U.S. panel gives final government approval to stiff tariffs on Canadian lumber - NewsOn6.com - Tulsa, OK - News, Weather, Video and Sports - KOTV.com |

U.S. panel gives final government approval to stiff tariffs on Canadian lumber

Updated:
WASHINGTON (AP) _ The U.S. International Trade Commission gave final approval Thursday to the imposition of stiff tariffs on imports of Canadian softwood lumber, ruling that the shipments are harming domestic producers.

The decision, on a 4-0 vote, means shipments of Canadian softwood lumber, used extensively in new home construction, will be hit with penalty tariffs averaging 27 percent. The construction industry estimates the tariffs could add $1,500 to the cost of a typical new home.

However, in a partial victory for the Canadian lumber industry, the commission ruled that the tariffs will not go into effect until later this month. That will mean Canadian producers will receive a rebate of around $1 billion in bonds they had posted for shipments that had come into the country starting last August.

The Canadian companies had been paying an average duty of 32 percent since last year based on an initial determination by the Commerce Department of the amount of subsidies and dumping that were occurring. However, the ITC ruled Thursday that the preliminary fine was not justified. The U.S. government will have to return the punitive tariffs collected through April.

Canadian softwood lumber accounts for about one-third of the U.S. market.

The ITC vote clears the way for the average tariffs of 27 percent to go into effect once the Commerce Department issues the paperwork needed _ probably later this month.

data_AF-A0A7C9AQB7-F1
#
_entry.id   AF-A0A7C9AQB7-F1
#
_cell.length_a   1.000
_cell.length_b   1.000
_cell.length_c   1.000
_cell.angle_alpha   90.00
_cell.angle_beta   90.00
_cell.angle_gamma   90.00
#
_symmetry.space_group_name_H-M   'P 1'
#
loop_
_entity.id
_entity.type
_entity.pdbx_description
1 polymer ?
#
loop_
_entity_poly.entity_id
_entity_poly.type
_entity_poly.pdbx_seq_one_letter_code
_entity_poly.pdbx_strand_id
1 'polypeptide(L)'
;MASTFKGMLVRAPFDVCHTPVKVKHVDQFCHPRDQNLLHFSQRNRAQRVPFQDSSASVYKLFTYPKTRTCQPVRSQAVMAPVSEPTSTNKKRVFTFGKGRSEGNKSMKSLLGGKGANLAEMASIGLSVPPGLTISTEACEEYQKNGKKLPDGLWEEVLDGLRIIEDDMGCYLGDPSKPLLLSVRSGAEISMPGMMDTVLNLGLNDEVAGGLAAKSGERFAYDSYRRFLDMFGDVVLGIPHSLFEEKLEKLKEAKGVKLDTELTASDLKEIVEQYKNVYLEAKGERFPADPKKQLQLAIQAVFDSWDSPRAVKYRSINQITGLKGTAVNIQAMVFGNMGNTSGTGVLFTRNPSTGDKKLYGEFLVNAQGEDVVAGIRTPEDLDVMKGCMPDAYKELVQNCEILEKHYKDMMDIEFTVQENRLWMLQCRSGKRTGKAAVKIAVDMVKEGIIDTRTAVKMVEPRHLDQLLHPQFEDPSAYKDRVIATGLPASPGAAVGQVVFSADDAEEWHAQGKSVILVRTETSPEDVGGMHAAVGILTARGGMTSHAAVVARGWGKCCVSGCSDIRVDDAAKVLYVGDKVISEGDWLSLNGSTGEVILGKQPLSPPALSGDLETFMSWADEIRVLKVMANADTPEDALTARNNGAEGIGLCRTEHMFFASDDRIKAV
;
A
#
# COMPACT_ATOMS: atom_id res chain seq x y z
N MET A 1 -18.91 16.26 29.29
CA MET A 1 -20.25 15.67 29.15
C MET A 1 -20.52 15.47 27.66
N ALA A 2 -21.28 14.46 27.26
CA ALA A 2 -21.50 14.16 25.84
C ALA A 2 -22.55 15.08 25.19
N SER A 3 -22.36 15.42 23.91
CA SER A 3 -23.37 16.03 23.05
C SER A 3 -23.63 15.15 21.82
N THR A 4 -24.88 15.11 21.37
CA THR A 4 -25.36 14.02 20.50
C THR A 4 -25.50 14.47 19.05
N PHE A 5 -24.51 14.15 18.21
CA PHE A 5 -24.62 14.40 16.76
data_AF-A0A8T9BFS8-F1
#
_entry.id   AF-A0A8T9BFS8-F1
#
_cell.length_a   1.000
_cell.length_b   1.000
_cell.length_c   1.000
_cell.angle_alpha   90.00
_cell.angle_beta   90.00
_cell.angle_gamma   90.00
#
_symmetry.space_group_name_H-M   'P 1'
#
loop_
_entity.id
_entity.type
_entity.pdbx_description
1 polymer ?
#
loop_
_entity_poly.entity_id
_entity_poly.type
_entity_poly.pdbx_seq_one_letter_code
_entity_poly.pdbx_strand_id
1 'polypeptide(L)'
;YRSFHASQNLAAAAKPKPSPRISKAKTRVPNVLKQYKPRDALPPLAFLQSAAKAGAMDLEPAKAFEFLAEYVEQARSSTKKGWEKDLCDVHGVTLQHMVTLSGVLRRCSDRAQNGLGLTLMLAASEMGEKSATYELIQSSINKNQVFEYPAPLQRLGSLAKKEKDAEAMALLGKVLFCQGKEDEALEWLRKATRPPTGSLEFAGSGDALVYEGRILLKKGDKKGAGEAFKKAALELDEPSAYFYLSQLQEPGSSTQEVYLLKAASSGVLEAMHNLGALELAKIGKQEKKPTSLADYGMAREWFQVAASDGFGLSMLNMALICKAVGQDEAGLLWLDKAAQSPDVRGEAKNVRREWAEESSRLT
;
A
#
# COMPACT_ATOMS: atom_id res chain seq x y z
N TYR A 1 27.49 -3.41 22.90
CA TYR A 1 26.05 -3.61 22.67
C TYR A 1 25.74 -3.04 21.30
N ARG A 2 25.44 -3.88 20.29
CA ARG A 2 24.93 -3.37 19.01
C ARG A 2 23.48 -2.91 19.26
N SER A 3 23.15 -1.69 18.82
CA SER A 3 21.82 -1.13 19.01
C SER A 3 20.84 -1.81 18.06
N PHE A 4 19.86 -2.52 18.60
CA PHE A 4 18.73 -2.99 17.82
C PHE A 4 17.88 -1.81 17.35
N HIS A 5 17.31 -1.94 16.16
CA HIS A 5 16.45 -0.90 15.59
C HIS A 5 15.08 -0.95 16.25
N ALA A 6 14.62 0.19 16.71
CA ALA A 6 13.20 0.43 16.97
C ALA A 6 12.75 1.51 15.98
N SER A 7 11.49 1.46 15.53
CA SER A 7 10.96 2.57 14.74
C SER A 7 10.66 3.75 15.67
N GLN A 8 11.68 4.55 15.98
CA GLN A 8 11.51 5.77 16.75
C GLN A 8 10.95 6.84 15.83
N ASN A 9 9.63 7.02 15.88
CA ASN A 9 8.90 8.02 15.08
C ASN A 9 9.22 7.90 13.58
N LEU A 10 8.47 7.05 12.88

The Commerce Department in March had made its final determination of the tariff levels. But the tariffs could not go into effect until the ITC made its final determination Thursday that U.S. lumber producers were suffering harm.

John A. Ragosta, a Washington attorney representing U.S. lumber producers, hailed the ITC decision, saying the higher tariffs should provide some relief to the U.S. industry. U.S. companies estimate that nearly 100,000 jobs had been lost and over 100 U.S. lumber mills closed over the past three years because of a surge in Canadian imports.

American lumber producers contend that Canada's trade practices overstimulate production there, driving down U.S. prices and harming the U.S. industry.

After completing a yearlong investigation, the Commerce Department determined in March that Canada subsidizes its industry by charging low fees to log public forests. The department also ruled that Canada allows its industry to illegally ``dump'' lumber in the United States at artificially low prices.

The agency set two duties averaging 27 percent for most Canadian lumber producers _ an 18.8 percent duty to punish Canada for the subsidies and a second tariff averaging 8.4 percent for dumping.

The dumping duty varies by company. Lumber from Canada's four Maritime provinces was excluded from both duties.

The United States imported $5.7 billion worth of softwood lumber from Canada in 2001.
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